Not long ago, I testified as an expert witness in an Arizona Supreme Court
hearing. After being cross-examined – and not in a particularly
successful manner – the presiding judge asked me a question: “Are
Orders of Protection matters of criminal law, civil, or family law?”
“All of the above,” I glibly responded.
What Is an Order of Protection?
In Arizona, an Order of Protection is a restraining order that prohibits
a person from having contact with another if the following circumstances
can be shown:
An Order of Protection can be initially granted
ex parte – that is, with only the Plaintiff present,
though the Defendant is entitled to a hearing upon written request. Hearings must be set within 10 days; five days if the Order gives one
party exclusive use of a residence in which they both lived.
Civil Law Aspects of an Order of Protection
Orders of Protection are civil in nature. You are not entitled to have
an attorney appointed to represent you. There is no prosecutor. The procedural
aspects of the hearing are civil in nature. Instead of using the criminal
law standard of proof beyond a reasonable doubt, a preponderance of evidence
standard is used. That means that the Court needs to find that it is more
likely than not (51%) that an act of domestic violence was committed.
Criminal Law Aspects of an Order of Protection
If you are the recipient of an Order of Protection, the Plaintiff will
essentially be trying to prove that you committed a crime of domestic violence.
- Even though an Order of Protection hearing is civil in nature, you can
still incriminate yourself as anything you say can be used against you
in a subsequent criminal charge against you.
After a hearing, the Court can find that there is a risk of violence to
the Plaintiff and Order that the Defendant not to possess guns or ammunition
for the one year period in which the Order is in effect. A violation of
this provision can be prosecuted as a weapons offense and is a separate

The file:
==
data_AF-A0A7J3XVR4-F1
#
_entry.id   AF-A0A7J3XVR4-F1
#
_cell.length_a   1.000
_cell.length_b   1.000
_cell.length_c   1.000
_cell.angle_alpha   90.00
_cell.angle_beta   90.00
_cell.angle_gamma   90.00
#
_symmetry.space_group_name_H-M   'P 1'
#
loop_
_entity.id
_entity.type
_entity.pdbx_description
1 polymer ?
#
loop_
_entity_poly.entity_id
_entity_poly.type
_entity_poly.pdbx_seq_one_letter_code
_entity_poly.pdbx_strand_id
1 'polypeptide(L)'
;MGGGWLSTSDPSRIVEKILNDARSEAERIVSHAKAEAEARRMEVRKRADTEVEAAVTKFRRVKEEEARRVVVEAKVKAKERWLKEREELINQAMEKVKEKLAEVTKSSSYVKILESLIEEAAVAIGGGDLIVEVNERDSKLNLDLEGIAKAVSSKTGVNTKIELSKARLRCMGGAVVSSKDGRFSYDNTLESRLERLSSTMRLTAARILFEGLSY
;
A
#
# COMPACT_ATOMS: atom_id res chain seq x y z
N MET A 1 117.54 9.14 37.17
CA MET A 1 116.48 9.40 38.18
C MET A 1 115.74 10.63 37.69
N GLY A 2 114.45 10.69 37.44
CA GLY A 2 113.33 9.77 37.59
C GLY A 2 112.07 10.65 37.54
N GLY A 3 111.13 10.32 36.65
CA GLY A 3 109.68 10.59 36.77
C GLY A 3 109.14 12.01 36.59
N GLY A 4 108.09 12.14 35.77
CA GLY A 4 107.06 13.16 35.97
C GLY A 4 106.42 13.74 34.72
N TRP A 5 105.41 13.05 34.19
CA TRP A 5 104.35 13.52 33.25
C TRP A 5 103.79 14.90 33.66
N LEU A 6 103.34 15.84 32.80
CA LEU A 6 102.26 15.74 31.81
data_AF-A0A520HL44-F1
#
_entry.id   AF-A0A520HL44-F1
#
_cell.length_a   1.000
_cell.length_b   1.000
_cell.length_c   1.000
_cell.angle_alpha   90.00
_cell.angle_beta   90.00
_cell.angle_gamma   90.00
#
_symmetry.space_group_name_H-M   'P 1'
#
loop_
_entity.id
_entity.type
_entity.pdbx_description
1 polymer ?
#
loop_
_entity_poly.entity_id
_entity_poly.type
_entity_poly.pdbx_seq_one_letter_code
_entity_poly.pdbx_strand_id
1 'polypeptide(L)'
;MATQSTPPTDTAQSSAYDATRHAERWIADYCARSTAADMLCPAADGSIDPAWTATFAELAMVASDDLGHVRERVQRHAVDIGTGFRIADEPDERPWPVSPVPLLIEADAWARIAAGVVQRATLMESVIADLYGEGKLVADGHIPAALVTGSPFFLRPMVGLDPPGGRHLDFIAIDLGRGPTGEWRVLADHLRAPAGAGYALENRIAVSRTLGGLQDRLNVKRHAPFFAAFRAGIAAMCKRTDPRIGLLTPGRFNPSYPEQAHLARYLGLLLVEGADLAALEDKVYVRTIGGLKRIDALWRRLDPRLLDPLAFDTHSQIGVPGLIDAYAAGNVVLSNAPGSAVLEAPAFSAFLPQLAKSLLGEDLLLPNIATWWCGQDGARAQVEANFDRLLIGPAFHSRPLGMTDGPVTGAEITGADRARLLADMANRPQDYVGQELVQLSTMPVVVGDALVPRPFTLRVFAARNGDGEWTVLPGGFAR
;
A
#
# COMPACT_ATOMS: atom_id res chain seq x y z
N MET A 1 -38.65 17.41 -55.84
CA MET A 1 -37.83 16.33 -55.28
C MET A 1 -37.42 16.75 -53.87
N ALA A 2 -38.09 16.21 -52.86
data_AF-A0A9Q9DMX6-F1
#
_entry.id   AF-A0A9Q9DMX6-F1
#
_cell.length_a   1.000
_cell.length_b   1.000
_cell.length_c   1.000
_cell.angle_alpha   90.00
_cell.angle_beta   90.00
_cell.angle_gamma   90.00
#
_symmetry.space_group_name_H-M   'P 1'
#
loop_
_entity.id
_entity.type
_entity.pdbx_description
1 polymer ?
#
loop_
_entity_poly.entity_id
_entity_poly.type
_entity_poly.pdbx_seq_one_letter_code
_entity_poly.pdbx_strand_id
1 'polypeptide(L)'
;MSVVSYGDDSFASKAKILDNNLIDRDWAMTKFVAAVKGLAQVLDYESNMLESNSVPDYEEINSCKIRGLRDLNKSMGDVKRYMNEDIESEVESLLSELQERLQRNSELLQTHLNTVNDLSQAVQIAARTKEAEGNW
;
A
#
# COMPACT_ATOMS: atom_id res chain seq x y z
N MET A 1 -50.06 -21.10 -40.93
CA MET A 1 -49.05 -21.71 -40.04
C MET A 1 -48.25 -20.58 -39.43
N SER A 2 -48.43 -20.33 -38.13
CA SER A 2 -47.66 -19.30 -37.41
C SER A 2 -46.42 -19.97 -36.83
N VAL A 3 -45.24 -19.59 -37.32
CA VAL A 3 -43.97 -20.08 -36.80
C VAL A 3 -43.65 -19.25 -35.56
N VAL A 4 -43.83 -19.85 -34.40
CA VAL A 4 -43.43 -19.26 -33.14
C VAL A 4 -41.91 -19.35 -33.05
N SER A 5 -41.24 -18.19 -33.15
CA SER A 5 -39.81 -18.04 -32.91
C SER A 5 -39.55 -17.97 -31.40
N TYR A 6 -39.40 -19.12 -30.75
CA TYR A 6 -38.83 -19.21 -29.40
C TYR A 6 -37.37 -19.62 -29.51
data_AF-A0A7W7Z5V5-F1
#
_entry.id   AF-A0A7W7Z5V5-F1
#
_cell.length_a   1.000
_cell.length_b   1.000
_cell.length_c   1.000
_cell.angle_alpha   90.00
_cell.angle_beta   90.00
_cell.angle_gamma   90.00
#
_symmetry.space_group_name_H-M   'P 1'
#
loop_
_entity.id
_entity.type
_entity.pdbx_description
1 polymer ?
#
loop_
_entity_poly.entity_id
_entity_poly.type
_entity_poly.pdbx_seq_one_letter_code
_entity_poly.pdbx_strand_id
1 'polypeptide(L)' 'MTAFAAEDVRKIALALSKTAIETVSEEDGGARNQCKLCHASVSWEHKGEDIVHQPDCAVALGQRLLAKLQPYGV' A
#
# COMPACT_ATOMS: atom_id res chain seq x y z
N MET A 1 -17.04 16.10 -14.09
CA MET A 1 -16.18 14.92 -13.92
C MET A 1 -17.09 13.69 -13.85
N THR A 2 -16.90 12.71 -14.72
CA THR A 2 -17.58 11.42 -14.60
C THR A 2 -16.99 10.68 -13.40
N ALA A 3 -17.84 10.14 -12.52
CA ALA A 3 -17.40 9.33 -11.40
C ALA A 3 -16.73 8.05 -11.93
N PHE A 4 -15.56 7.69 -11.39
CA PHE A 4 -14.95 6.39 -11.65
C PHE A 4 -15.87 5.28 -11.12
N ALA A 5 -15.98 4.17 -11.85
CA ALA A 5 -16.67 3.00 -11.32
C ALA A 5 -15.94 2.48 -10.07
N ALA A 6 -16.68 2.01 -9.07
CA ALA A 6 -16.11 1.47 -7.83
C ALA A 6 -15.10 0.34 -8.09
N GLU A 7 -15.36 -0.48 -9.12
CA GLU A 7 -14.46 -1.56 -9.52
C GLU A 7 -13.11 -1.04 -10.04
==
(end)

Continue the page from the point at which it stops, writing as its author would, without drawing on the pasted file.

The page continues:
criminal act under Arizona and Federal law.
- In other words, if an Order of Protection against you is upheld after a
hearing, you can lose your gun rights!
Family Law Aspects of an Order of Protection
While I don’t handle family law cases (but would be happy to give
an excellent referral or two), as one of Phoenix’s most experienced
criminal defense attorneys, I am fully aware that Orders of Protection can have significant and devastating
effects on family law cases involving child custody.
Under Arizona family law statutes, evidence of significant domestic violence
can be a basis for a judge to preclude an award of joint custody (joint
legal decision making). If the allegation at issue in the Order of Protection
is child abuse or child molestation, it is an almost certainty that the
outcome of an Order of Protection hearing will be used, either positively
or negatively, in subsequent family court proceedings.
A Criminal Defense Lawyer Is Your Best Chance
Having now realized that while Orders of Protection are a hodge-podge of
different areas of Arizona law, it should be clear that because criminal
acts need to be proven, because anything you say can be used against you,
and because you could lose your gun rights, a criminal defense attorney is
your best chance at a successful outcome.
While I do not practice family law, I often coordinate my efforts with
family law attorneys and handle Orders of Protection in cases where there
are serious allegations such as sexual conduct with a minor, child molestation,
and aggravated assault. By preparing an aggressive defense, I have been
able to show in some cases that allegations were falsely made to get leverage
in family court cases and to flat out be vindictive. I have had many cases
where the judge has recognized the other party’s disingenuous motives
and awarded my client their attorney’s fees.
Contact me for a confidential and personal consultation at (602) 663-9100. Please bring any paperwork you have filed or received
when we meet so I can provide the best and most comprehensive advice possible.